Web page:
Tanushree Dutta talking about Nana Patekar sexually harassing her in 2008 opened the floodgates of the MeToo movement in India.
Dutta in September spoke about the 2008 incident, accusing Nana Patekar of harassing her sexually and subjecting her to torture by involving a political party in the entire row.
We should be applauding Tanushree Dutta's courage. (Photo: ANI)
Yet, the first comment many hurled at the story of Dutta’s extremely unfortunate and shameful experience was: “Why is she speaking about it 10 years later?”
The fact that a woman’s courage is neither appreciated nor encouraged, but is in fact questioned, speaks a lot about us as a society.
It only shows that we are far from accepting the actual place we have for women even today. And this place won’t change unless we change our mindset.
If we can question and shame a well-known personality like Tanushree Dutta, how will women hailing from the general population get the courage to stand up against their abusers? How exactly are we ensuring that a woman feels safe enough to leave her house and fight violence through legal means, which is her birthright? As a nation, we have failed miserably in providing safe homes, workplaces and commute to women. Now we are silencing those who have taken it upon themselves to fight the wrong.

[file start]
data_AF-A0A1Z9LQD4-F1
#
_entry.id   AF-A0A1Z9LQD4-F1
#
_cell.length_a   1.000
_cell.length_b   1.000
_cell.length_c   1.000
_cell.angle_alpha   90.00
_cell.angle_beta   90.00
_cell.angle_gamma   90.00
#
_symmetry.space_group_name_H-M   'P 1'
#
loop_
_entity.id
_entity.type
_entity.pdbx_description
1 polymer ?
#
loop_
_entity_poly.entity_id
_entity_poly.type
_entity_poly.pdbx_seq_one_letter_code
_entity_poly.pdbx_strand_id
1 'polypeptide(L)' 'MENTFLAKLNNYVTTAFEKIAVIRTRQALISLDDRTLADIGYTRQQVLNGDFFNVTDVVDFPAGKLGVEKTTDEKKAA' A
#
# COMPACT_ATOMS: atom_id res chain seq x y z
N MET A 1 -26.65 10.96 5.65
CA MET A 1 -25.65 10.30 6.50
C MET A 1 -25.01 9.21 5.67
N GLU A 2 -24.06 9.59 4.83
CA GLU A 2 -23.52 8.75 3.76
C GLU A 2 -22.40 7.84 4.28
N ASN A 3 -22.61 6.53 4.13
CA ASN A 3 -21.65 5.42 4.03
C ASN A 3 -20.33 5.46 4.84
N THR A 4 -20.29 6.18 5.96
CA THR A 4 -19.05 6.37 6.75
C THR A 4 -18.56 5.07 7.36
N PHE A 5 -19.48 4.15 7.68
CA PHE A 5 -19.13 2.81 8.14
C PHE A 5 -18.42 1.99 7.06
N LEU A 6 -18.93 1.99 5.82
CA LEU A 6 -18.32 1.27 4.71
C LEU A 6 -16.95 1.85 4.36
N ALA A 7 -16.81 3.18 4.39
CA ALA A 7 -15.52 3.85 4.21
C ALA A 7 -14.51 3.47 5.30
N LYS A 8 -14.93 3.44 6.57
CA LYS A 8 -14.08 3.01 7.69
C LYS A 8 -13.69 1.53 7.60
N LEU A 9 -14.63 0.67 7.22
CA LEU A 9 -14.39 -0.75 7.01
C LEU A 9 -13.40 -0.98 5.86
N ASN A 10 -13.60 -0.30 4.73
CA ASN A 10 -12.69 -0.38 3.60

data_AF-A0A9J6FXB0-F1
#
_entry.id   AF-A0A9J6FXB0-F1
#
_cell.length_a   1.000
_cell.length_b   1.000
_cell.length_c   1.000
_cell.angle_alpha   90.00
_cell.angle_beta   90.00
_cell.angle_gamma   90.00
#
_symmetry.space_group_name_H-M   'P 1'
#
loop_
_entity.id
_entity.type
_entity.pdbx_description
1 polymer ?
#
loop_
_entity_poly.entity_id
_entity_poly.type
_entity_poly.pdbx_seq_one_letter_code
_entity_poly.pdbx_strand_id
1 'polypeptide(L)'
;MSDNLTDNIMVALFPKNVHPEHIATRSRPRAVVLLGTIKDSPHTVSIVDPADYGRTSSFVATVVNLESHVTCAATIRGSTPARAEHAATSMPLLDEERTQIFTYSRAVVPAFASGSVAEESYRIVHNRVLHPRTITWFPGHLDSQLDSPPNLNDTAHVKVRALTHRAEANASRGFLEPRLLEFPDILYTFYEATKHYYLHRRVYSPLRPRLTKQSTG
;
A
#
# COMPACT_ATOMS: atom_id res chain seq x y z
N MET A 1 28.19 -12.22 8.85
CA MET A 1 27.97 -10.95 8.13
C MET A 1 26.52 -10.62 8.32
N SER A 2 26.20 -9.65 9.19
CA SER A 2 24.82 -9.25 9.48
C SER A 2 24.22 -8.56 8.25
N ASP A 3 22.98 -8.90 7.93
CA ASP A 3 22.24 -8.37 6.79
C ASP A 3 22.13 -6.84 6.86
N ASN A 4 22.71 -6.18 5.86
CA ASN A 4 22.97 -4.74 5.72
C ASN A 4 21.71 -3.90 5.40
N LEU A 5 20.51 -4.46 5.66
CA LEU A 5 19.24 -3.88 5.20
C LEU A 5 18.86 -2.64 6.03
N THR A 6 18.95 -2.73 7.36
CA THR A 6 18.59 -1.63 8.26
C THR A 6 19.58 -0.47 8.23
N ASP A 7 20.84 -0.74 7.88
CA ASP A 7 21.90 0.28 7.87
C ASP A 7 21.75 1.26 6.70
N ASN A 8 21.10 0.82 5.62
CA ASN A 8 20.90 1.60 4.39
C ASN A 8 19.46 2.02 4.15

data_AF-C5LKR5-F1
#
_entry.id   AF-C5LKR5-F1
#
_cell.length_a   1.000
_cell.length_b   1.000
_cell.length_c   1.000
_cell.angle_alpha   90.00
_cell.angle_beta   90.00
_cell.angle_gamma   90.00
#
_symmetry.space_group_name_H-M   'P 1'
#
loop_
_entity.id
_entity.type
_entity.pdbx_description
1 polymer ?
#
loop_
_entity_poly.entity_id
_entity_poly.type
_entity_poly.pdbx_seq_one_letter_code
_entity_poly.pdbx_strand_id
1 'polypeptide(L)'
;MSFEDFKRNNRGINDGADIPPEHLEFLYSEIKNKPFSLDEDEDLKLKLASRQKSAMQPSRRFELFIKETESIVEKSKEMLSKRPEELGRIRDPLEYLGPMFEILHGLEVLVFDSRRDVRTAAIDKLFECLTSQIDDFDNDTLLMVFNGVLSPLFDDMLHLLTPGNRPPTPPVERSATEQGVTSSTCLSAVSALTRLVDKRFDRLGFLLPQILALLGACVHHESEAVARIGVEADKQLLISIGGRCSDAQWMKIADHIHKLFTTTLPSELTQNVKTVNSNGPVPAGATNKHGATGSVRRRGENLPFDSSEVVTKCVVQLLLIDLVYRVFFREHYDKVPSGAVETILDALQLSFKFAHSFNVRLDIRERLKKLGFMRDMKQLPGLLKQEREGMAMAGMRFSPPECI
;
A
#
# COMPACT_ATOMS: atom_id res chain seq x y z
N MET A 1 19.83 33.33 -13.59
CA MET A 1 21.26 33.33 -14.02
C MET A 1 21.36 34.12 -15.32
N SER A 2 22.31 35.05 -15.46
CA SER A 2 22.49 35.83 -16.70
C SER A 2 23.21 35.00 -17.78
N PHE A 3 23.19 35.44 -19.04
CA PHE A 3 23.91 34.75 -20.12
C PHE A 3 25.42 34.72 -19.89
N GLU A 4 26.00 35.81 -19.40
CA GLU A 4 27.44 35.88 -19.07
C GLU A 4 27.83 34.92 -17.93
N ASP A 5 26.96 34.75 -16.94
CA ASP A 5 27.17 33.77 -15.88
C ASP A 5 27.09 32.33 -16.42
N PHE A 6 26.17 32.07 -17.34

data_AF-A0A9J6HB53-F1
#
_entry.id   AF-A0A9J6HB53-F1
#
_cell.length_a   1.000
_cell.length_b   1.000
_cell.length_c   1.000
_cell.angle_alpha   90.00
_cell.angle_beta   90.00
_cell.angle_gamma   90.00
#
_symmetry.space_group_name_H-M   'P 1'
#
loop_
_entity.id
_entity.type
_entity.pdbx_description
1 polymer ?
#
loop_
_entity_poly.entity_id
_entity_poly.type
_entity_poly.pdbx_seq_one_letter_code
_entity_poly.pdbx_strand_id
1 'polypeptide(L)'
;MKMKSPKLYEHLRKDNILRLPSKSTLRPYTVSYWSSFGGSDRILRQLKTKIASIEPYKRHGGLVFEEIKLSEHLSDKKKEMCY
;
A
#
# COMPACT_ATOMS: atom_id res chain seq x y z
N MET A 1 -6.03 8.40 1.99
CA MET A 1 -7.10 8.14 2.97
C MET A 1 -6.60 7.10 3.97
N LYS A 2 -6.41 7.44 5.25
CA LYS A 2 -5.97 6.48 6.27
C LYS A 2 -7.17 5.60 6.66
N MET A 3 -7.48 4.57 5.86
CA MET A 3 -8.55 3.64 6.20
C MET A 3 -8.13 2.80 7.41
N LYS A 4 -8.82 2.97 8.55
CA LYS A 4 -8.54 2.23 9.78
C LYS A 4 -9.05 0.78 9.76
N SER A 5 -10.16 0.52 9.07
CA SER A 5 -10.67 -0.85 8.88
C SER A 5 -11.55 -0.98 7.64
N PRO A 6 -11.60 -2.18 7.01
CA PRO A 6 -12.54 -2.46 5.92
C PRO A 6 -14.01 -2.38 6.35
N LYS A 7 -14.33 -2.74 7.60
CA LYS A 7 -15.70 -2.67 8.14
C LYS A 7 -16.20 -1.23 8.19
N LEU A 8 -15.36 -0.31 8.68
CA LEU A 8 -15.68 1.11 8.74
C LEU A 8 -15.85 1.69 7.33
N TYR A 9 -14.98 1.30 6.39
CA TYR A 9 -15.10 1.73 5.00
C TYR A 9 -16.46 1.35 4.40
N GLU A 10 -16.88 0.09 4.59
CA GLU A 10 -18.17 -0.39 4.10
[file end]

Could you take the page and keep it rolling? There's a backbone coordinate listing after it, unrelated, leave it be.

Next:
By now, it is clear that India has its share of Harvey Weinsteins across professions and industries. But those who try to pin down the survivors and silence their voices are also to blame.
All around us, we have people pointing fingers at the survivors of such acts, instead of questioning the accused.
Instead of questioning the accused, we try to silence the survivors. (Photo: Twitter)
In Tanushree’s case, her alleged harasser might be a veteran actor, looked up to by his fellow artists and budding actors. But how does it rule out the possibility of him doing something like this?
Women from different social backgrounds, age groups and social classes are being harassed, molested and raped every day in our country. Who will fight the wrongdoers if majority of us are busy questioning the survivors?
If a rape that took place in 2012 in the nation’s capital can send chills down our spines even today, why are we hesitating to believe a woman only because what happened to her was 10 years ago? Does time change the fact that we are becoming increasingly insensitive to the cries of women?
This entire row prominently raises one question among many others — Have we actually turned into a society which makes love behind closed doors, while violence can occur out in the open?